Understanding Window Styles: A Guide to Window Style Selection

Casement Window - Explore CGI Casement Windows

When selecting windows, there are many things to consider. With multiple window styles available, it is not always easy to tell them apart. Consider this a guide to understanding and selecting windows for a home. Learn some of the primary window styles and what makes them different from one another.

Related: Understanding Home Styles

Casement Windows

Casement Window - Explore CGI Casement Windows

A casement window swings open like a door. This style of window hinges on the side. Casement windows are known for providing excellent ventilation to kitchens and other rooms in the home. Unlike a single hung window, a casement window has no center rail to obstruct the view outside. Casement windows can be used alone or as part of a more massive installment along with picture (non-opening) windows. A casement window is ideal for spaces in the home where pushing a window sash upwards is not always easy to reach. Many homeowners install casement windows above their kitchen sinks. Casement windows are often considered one of the most energy-efficient window types. The sash of a casement window creates an airtight seal against the frame when closed, making it hard for air to escape.

Awning Windows

An awning window (sometimes referred to as a project-out window) is a top hinged outward opening window. Awning windows protect the window opening like an awning. This feature allows awning windows to provide ventilation even during the rainiest of weather. Awning windows are suitable in nearly every style of home and frequently used in bathrooms with obscure or textured glass to provide privacy. Awning windows are an option for most areas of a house that require an operable window. An awning window can be placed higher on a wall than most openable windows and can even be installed over furniture or benches while still allowing access to operate the window. This feature makes awning windows a practical choice for kitchens and bathrooms. Like casement windows, an awning window is suitable for nearly every style of home and is frequently used in bathrooms with obscure or textured glass to create privacy. Awning windows can also be locked in an open position. This characteristic makes them an excellent window choice for homeowners that want to let in ventilation but not want to compromise the security of their home.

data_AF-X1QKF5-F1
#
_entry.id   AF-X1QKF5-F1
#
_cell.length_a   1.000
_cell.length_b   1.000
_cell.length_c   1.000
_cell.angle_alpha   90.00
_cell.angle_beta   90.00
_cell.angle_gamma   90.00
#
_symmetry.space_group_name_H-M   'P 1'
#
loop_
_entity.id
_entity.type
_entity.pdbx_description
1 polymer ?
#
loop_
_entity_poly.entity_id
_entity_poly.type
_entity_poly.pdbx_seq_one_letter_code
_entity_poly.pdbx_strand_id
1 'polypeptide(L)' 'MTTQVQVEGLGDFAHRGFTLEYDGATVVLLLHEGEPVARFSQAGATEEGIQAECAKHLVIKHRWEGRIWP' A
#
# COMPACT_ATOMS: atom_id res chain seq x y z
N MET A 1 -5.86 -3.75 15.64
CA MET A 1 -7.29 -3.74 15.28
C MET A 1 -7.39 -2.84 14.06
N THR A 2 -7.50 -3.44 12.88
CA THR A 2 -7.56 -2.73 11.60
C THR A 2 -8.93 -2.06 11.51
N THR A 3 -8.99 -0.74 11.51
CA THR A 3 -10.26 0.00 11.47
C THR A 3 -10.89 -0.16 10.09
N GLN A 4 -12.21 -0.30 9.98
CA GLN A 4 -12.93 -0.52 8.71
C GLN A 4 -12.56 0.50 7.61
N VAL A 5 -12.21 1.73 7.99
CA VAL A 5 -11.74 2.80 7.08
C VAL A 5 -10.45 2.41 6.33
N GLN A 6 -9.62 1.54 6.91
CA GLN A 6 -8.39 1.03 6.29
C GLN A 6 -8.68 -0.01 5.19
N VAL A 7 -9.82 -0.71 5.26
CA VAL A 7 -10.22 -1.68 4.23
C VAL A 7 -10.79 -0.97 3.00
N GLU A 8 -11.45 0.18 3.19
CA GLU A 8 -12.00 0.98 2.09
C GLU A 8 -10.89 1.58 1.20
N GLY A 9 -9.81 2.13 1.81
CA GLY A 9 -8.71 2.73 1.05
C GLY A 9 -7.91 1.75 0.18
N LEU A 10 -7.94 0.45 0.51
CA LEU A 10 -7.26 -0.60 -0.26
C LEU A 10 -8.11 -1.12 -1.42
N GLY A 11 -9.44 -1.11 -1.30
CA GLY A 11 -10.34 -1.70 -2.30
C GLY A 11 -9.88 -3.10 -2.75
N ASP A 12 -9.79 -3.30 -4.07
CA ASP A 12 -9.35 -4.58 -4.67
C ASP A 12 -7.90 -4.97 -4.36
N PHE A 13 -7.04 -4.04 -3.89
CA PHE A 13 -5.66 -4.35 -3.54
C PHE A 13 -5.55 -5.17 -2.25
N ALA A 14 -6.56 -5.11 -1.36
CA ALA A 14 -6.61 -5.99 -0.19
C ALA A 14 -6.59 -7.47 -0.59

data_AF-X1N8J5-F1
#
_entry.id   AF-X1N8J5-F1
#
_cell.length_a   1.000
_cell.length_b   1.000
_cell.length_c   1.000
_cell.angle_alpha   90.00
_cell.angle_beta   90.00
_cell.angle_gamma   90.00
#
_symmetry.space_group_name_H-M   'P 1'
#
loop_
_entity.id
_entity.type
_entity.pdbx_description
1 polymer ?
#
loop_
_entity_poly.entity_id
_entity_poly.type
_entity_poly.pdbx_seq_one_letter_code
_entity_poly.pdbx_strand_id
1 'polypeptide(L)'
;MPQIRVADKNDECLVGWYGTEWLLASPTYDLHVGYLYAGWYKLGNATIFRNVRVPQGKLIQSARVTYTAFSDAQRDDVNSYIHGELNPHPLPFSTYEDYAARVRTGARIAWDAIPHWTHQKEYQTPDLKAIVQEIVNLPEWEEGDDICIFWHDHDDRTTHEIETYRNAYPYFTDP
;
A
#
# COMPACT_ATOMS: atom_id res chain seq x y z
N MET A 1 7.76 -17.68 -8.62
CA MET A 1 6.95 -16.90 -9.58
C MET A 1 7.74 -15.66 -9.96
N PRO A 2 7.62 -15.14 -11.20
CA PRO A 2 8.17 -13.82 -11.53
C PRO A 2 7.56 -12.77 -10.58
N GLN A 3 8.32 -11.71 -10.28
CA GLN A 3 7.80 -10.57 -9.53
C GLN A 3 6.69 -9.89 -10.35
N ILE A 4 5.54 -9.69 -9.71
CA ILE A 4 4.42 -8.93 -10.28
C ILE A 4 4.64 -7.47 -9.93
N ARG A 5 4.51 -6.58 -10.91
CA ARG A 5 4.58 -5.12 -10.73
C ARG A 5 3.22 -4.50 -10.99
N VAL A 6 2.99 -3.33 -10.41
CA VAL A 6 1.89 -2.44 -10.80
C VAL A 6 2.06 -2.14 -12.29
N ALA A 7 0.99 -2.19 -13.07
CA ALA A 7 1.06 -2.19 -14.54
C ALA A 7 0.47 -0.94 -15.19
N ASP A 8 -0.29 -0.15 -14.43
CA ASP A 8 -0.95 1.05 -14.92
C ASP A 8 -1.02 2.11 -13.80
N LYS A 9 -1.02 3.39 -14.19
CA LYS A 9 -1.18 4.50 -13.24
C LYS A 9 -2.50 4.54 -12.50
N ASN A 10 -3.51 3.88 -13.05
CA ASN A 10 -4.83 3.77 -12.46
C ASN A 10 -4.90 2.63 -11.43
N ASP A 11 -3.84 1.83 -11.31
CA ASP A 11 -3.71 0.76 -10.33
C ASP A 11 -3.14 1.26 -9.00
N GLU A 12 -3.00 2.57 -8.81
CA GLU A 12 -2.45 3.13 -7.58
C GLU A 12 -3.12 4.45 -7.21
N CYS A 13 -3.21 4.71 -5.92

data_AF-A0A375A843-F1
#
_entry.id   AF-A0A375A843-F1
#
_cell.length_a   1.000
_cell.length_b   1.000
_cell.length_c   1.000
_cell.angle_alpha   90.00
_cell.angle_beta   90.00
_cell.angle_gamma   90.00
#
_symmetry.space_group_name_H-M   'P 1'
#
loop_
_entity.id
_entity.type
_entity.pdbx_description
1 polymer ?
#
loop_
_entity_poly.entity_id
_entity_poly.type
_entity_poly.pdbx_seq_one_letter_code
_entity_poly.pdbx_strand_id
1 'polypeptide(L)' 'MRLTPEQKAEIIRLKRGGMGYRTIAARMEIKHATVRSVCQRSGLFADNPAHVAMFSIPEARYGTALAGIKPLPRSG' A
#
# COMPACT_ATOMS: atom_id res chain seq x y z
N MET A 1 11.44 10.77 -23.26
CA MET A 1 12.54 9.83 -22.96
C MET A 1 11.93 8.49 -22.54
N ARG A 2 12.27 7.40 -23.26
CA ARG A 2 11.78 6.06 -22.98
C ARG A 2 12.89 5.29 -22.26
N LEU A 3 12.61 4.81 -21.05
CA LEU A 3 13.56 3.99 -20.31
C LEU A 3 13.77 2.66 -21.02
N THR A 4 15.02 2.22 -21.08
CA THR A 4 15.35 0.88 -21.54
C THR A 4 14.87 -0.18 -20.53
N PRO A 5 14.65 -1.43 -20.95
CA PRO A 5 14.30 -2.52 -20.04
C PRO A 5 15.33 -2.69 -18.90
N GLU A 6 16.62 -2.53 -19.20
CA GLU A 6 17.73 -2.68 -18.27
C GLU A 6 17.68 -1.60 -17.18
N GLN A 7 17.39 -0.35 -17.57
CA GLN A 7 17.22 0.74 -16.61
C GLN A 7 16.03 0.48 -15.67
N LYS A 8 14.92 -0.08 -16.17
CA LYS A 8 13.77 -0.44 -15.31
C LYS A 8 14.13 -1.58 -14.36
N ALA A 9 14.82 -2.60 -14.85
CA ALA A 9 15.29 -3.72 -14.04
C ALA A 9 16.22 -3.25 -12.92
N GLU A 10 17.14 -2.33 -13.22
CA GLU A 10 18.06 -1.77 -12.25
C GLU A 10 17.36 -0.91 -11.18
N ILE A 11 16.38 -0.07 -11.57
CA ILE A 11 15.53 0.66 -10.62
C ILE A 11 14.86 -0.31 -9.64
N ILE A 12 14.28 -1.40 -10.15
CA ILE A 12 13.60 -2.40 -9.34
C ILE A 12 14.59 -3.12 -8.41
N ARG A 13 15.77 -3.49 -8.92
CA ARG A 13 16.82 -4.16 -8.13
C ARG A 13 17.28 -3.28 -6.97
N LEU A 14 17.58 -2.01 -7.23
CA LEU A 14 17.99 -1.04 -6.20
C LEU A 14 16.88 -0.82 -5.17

Related: 2020 Coastal Design Trends

Picture Window

Sparta Impact Windows

Picture windows, sometimes called fixed windows, are typically used for larger openings. Homes that utilize picture windows do not require a window that opens and enjoy uninterrupted, expansive views. Because of their oversized nature, a picture window brings in more daylight into homes. Picture windows usually require less maintenance since there are no mechanical parts associated with this window type. An excellent choice for framing outdoor views from living rooms, dining rooms, master bedrooms, and where ventilation is not a concern, picture windows are often an essential part of architectural design. A picture window is diverse in its sizes and shapes. Many manufacturers often refer to these types of picture windows as architectural. Some examples include:

  • Half Circle Picture Window
  • Arch Top or Eyebrow Picture Window
  • Full Circle Picture Window
  • Octagon Picture Window
  • Hexagon Picture Window
  • Chord Picture Window
  • Tombstone Picture Window
  • Trapezoid Picture Window
  • Pentagon Picture Window
  • Gothic Pentagon Picture Window

Related: How Impact Windows Work Overtime

Single Hung Window

A single hung window is a traditional style sash (a sash is the part of a window that moves and holds glass panes together) operable window that opens without any interior or exterior space required. A single hung window is often the standard window type used in newer home construction and condominium buildings. This style of window is a perfect choice for most rooms of a home. A single hung window has a bottom panel, or sash, that moves vertically, while the upper sash remains stationary. When opened, the bottom sash obstructs, at least partially, the top sash. Single hung windows are considered one of the more cost-efficient, which makes them one of the most popular window types in homes. Also, a single hung window is energy-efficient since it has only one movable sash, there is less opportunity for air infiltration as the window ages.

Related: Benefits of New Windows and Doors

Horizontal Sliding Window

Horizontal sliding windows, commonly referred to as a sliding window, traditionally includes panels within the window that slide side-to-side, similar to a horizontal sliding door. The sash slides open left or right, which is perfect for satisfying bedroom egress requirements. Horizontal sliding windows are a popular style for contemporary and modern homes. A horizontal sliding window is typically wider than it is tall. This feature makes a horizontal sliding window ideal for wide openings and expansive views. For example, a large sliding window can offer more of an unobstructed view of the outdoors since it showcases a broader landscape view. Horizontal sliding windows also provide an abundance of air ventilation because they are typically larger in size, a sliding window also tends to open wider than other window types. Some people find a horizontal sliding window is less complicated to open and close than a crank-style window. Also, since they open and close without protruding, horizontal sliders are an excellent choice for rooms facing patios, walkways, porches, or other areas that receive high foot traffic.

Understanding window styles, how they function, and their benefits can assist when making new or replacement window decisions. CGI offers a variety of window types to meet the needs of most homes.

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